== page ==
Figure 4: Embryonic phenotypes.

(a,b) Wild-type L1 cuticles, with head setae marked by circles (b). T1: first thoracic segment; A1: first abdominal segment; A8: eighth abdominal segment; U: urogomphi; P: pygopods. (c) Unexpectedly, Tc-SoxN RNAi led to a strongly dorsalized cuticle phenotype without clear axes (embryo: filled arrowheads; vitelline membrane: open arrowhead). (d) Tc-DSCAM RNAi induced the deletion of head setae. (e) Tc-homeobrain RNAi caused a bicaudal phenotype (mirror image abdomina). This function is not known from Drosophila homeobrain and in Tribolium no bicaudal phenotype has been described before. (f) Early anterior zygotic expression of Tc-homeobrain. (g,h) Tc-Rbm24 RNAi led to detached and shortened body wall muscles (wild type pattern in g). A muscle function is conserved in vertebrates while the ortholog was lost in Drosophila. Scale bars indicate 100 μm.

New fields of research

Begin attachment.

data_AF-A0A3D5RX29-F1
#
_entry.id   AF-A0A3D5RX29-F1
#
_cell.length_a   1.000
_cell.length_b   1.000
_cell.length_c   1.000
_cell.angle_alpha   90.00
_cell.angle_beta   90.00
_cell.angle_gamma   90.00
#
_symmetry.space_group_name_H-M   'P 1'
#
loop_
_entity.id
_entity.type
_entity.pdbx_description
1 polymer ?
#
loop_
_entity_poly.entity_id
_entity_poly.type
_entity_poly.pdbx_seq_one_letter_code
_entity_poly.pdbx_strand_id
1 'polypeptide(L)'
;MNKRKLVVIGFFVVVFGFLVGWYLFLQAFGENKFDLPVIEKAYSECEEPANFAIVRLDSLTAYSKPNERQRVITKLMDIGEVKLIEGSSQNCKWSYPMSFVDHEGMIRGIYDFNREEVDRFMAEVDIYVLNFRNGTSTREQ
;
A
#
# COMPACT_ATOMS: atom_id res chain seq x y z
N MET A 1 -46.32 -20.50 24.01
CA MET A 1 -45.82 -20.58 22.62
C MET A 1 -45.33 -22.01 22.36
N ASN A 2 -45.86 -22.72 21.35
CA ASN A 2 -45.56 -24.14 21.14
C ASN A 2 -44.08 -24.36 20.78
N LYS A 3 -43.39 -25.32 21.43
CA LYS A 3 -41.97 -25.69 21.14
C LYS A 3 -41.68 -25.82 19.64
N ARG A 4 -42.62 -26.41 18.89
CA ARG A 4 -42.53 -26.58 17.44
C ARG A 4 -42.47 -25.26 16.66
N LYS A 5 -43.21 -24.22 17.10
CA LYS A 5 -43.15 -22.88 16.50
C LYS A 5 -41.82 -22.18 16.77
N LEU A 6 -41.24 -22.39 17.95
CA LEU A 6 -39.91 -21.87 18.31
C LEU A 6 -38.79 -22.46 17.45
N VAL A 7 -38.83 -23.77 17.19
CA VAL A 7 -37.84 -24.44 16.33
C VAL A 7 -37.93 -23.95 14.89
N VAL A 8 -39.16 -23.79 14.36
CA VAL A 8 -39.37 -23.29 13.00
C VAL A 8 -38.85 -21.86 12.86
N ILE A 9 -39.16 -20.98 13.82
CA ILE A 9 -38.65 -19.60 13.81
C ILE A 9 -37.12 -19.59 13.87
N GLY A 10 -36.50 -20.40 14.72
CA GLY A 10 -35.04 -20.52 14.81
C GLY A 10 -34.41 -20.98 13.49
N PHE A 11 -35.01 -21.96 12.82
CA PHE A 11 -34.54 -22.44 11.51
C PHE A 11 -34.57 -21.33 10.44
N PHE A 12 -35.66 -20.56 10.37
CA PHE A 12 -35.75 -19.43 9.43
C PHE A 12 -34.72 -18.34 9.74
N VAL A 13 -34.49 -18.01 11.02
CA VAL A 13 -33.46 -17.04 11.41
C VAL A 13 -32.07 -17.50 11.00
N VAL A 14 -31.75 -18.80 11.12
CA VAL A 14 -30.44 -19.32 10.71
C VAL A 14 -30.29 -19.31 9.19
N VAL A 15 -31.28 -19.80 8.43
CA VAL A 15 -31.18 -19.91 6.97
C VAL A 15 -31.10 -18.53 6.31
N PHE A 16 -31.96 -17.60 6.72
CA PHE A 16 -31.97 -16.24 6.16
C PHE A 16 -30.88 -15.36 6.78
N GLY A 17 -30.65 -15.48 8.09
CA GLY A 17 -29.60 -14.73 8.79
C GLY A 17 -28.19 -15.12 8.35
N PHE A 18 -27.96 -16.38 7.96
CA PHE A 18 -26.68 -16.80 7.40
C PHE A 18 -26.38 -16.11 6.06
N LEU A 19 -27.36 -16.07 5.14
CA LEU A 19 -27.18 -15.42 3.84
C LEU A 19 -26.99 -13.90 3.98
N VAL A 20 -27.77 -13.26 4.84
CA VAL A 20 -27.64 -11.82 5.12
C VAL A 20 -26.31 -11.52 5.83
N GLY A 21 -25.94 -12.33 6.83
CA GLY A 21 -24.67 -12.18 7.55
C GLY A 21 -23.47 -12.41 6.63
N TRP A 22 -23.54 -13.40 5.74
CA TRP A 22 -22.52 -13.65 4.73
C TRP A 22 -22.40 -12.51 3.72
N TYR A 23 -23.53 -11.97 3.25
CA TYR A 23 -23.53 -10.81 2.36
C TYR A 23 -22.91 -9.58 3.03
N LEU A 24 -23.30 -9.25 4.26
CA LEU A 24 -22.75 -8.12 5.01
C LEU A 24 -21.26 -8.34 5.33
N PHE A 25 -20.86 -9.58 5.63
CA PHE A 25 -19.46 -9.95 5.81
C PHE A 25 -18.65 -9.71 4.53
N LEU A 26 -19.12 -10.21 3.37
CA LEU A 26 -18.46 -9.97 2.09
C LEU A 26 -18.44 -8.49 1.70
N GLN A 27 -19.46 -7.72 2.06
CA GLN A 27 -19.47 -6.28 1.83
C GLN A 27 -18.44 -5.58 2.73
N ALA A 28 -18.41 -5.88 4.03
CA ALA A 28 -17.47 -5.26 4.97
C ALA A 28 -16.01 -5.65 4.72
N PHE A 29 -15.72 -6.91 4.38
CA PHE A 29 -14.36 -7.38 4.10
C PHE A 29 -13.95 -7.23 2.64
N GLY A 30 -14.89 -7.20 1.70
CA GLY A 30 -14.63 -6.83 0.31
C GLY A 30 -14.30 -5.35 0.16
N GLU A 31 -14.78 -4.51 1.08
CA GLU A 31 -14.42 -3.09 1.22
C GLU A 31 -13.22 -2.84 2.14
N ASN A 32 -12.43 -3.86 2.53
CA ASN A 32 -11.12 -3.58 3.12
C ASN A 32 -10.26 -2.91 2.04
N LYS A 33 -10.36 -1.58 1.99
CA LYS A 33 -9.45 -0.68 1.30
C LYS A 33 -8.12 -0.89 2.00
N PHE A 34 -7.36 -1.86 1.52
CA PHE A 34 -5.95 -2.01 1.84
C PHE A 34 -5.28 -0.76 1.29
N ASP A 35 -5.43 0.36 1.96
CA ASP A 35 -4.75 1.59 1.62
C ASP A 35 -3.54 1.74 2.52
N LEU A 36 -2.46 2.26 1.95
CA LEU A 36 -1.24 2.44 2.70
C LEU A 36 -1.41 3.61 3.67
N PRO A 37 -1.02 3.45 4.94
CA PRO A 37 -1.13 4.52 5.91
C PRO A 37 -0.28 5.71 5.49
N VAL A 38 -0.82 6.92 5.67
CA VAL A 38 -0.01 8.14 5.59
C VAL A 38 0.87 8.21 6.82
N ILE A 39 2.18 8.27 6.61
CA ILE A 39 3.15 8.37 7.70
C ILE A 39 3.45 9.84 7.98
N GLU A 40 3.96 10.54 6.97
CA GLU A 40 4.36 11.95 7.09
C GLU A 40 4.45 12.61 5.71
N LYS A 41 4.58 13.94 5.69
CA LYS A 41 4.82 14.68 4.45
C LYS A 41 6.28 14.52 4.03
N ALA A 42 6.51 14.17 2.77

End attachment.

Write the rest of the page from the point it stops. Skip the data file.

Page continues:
Odoriferous stink glands play crucial roles in insect defence and communication but are not present in Drosophila59,60. In the iBeetle screen, we identified 32 genes with relevant phenotypes, including the absence of the gland contents, altered colour and composition of secretions, or melanosis. Interestingly, only 5 among these 32 genes showed an enrichment of greater than fourfold in odoriferous gland transcriptomes compared with mid-abdominal tissues60, illustrating that a phenotypic screen can only partially be replaced by transcriptomic approaches (see Supplementary Fig. 4). For instance, the Tc-copper-transporting-ATPase-I (Tc-ATP7) is neither upregulated nor downregulated (Supplementary Fig. 5) but RNAi mediated knockdown (iB_02517) caused a reduced gland content and melanosis phenotype (Fig. 5f) and a loss of benzoquinones (Supplementary Fig. 6). Another emerging field is the shaping of the adult body during typical holometabolous insect metamorphosis were larval epidermal cells are reused24. For instance, Tc-retained led to rounded female genitalia and the fusion of distal antennal segments (Fig. 5c). Interestingly, these anatomical features vary in Tenebrionids61, making this gene a good candidate for morphological evolutionary studies. Finally, one difference between Tribolium telotrophic oogenesis and Drosophila meroistic oogenesis is that in Tribolium germ line stem cells stop proliferating at larval stages while the somatic stem cell lineage remains active throughout life23. In Drosophila, both lineages remain active and dependent on each other, making it difficult to study the somatic lineage independently. In the iBeetle screen we identified several genes probably required for the somatic lineage, such as Tc-MED24 whose knockdown led to incomplete separation of egg chambers and a reduced number of follicle cells (Fig. 5d).